As you may have heard, Elizabeth Vargas recently announced that she was going to be stepping down from her co-anchor position at ABC news because she is about to have another baby. When she returns from her maternity leave, she’ll go back to her less stressful and less dangerous (read: not requiring frequent travel to a war zone) job as co-host of 20/20. Of course, analysts and feminists everywhere have taken this as an opportunity to comment on the State of Working Motherhood in America, and so I figured that I’d join in on the fun, too.
The Washington Post quoted a guy named Andrew Tyndall, a consultant who studies evening news content, as saying that, “by effectively demoting Vargas when she returns from maternity leave, ABC sends the wrong message to young women. What is the worst workplace nightmare the pregnant employee faces? It is the fear that her employer will find some way not to guarantee her job back on return from maternity leave.”
Ah, I love it when men expound upon the worst fears of pregnant employees.
Don’t get me wrong, I had a lot of fears about what would happen when I returned from my maternity leave. I worried about my boobs leaking during meetings, I worried about how I would manage to escape during the day to take my daughter to her monthly checkups, and I worried about what I would do if my nanny ever called in sick. But I didn’t worry much about the security of my job. I felt pretty confident that the Americans With Disabilities Act and the Family Medical Leave Act pretty much insured that it would be there for me.
The more interesting issue, for me at least, is not about your employer guaranteeing you your job when you return, but rather, about whether you even want the job when you return. Unfortunately, what seems to be happening a lot these days is that women are waiting until they’re older to have children so that they can focus on their careers. But then when they attain their career goals – partner in the law firm, top seller in the company, network news anchor – and finally do become pregnant, they then become faced with having to make a horrible choice: the all-consuming career that took blood, sweat and tears to achieve, or meaningful time with their babies. Because you can’t really have both - the hard truth is that when you’re hot you’re hot, and you’d better not drop off the face of the earth to go breastfeed for three months, because by the time you come back somebody else will be channeling the sun instead of you. Yeah, your job might be waiting for you, but the buzz around town about how great you are might not be.
Carol Rivers, a professor of journalism at Boston University, told the Boston Herald that, "[Replacing Vargas] does send a worrisome signal. … a message to all women taking maternity leave that you missed your shot.” But I disagree. I think that the message it sends to women is that you’d better think carefully about what you want from your life and from your career, because becoming a mother means having to make hard choices sometimes. “I won't lie to you,” Vargas said. “This was a difficult decision to make and I make it with a great deal of regret because I really enjoyed my time here [at ABC].” But, she said, “this broadcast needs someone who can give 150 percent - day in and day out. I am not in a position to do that right now.” Some find it hard to believe that she made this choice on her own, and that ABC didn’t put pressure on her to step down; Emily Rooney, host of “Greater Boston” on WGBH-TV and a former ABC “World News Tonight” producer, said that “No one steps down from a network anchor job.” But I wonder if Emily Rooney is a mom. And if she is, I wonder how she’d feel about reporting from Iraq in a bullet proof vest while a nanny sat at home with her newborn.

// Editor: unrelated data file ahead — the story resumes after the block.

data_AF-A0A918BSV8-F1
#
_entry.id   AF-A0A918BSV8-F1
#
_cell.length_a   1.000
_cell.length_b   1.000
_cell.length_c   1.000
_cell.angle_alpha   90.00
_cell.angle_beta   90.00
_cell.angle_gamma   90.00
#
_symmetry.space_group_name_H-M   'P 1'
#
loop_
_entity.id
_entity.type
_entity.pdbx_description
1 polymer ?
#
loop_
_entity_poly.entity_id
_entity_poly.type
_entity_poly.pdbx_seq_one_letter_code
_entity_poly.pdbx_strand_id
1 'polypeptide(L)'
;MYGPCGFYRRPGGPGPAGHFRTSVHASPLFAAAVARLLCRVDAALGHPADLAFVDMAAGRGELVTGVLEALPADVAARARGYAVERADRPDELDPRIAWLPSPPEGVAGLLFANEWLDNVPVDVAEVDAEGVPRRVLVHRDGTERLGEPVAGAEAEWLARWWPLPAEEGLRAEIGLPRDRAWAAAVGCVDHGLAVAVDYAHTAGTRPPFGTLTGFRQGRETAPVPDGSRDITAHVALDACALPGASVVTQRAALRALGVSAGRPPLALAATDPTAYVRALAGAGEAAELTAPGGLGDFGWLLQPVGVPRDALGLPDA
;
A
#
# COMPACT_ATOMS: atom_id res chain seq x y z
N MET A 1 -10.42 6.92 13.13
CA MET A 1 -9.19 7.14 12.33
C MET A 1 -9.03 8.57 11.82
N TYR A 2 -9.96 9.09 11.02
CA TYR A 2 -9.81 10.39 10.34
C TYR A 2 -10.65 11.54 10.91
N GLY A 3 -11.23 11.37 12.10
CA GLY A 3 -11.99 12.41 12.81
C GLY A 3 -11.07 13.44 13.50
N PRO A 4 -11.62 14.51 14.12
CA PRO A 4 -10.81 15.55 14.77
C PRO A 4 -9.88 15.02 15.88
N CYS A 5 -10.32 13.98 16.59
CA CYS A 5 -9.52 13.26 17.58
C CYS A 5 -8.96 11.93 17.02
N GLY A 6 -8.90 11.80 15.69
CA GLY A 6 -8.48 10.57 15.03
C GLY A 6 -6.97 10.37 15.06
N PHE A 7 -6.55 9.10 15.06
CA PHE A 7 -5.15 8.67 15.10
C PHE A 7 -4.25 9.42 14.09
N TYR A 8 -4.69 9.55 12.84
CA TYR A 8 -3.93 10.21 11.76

One more thing: Vargas said that “every woman has the right to make that decision [about what is best for her family] for herself and her family without anybody judging it.” But of course everyone is judging it, women especially. And this is what really sticks in my craw (assuming that I have a craw – not really sure what that is, exactly). Aren’t liberals supposed to be about freedom of choice? Excuse me for making the analogy, but why is it that we defend choice when it comes to terminating a pregnancy, but yet, we seem to be so totally against it when it comes to terminating a career for the sake of one? I’m pretty much as far to the left as it gets without being an out and out communist, but this one I just don’t get. Because at the end of the day, there is no right answer for how to be a working mom. It’s all just a series of choices.